Mr. Bush’s promise that next year’s budget would increase discretionary spend-ing by only four percent (“Federal spending should not rise any faster than the paychecks of American families”) is laudable, but it is unlikely to be fulfilled in view of the clouds of war and the array of spending programs that the President enumerated—notably, his “second goal” of “high quality, affordable health care for all Americans.”  He rejected a “nationalized health-care system that dictates coverage and rations care” yet proceeded to state that “health-care reform must begin with Medicare,” which is “the binding commitment of a caring society.”  Accordingly, he pledged to commit an additional $400 billion over the next decade to reform and strengthen Medicare.  Even a loyal Republican could be excused for wondering how those two objectives fit together, for what is Med-i-care if not a “nationalized health-care system” par excellence?

The most pleasant surprise in the President’s address was his proposal to provide $1.2 billion for research “so that America can lead the world in developing clean, hydrogen-powered automobiles.”  The commitment “to make our air significantly cleaner, and our country much less dependent on foreign sources of energy” is good news, especially from a team with so many oilmen on board.  No meaningful disengagement from the quagmire of the Middle East is possible without much reduced dependence on fossil fuels.  Reducing and gradually ending unnecessary and harmful dependence on foreign oil is probably the easiest to achieve of all prerequisites for America’s survival.

Mr. Bush’s fourth goal, “to apply the compassion of America to the deepest problems of America,” smacked of his father’s gooey “thousand points of light,” with equal doses of New Age and born-again rhetoric: “The homeless, the fatherless, the addicted” will be helped through the “wonder-working power in the goodness, and idealism, and faith of the American people.”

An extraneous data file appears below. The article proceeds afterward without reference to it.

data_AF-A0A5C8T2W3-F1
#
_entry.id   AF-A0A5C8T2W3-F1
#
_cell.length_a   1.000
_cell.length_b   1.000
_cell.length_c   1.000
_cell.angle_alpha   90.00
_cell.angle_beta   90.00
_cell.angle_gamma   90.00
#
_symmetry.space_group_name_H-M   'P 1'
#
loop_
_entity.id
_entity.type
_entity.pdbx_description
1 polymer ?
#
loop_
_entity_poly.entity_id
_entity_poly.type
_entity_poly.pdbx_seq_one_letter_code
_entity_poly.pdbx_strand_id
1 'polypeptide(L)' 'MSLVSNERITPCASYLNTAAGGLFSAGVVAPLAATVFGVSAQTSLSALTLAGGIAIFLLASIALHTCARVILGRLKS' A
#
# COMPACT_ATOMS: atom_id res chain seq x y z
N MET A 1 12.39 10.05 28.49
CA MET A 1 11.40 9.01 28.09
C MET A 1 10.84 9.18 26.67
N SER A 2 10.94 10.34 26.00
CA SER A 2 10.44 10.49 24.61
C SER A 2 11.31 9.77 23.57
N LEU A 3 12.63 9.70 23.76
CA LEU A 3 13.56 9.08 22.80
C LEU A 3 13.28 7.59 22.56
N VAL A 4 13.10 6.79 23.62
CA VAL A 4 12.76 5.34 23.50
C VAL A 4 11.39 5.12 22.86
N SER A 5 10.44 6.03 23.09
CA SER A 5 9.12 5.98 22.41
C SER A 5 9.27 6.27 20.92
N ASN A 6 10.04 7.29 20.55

From his faith-based initiatives, Mr. Bush abruptly turned to foreign affairs with the Wilsonian assertion that “the qualities of courage and compassion that we strive for in America also determine our conduct abroad.”  He started with Afghanistan, where “we helped liberate an oppressed people . . . and we will continue helping them secure their country, rebuild their society, and educate all their children—boys and girls.”  This was an exact encore of last year’s State of the Union Address, in which he said that, in Afghanistan, the United States had “freed a country from brutal oppression,” while her women, formerly “captives in their own homes, forbidden from working or going to school,” are now free.

The difference is that, a year later, Afghanistan is anything but a showcase of America’s global benevolence in action.  Liberating Afghani girls and women was never among the stated objectives of the military action, and the embarrassing failure to capture or track Bin Laden was covered up by the allegedly splendid results of America’s new role as the harbinger of progress and empowerer of the underprivileged around the world.

Mr. Bush went on to say that “we must remember our calling, as a blessed country, to make this world better.”  This approach to world affairs is disastrous: A
realistic attachment to the national interest—the art of the diplomatically possible—has the potential to realize moral purposes, while the mantle of morality and alleged American exceptionalism (“blessed” by whom? where? when? how? why?) has led straight to the moral collapse of interventions in the Balkans over the past decade.  This was the weakest part of the speech by far.  Its focus on AIDS in Africa was a touchy-feely, politically correct irrelevance: the problem is indeed lamentable but hardly relevant, let alone vital, to the state of the Union.  All of the rhetoric about AIDS policy, mentoring, and Afghani women was put in the speech as a rhetorical counterpoint to Iraq.  Whether these are good or bad ideas is beside the point.  The administration most likely has no intention to pursue any of them.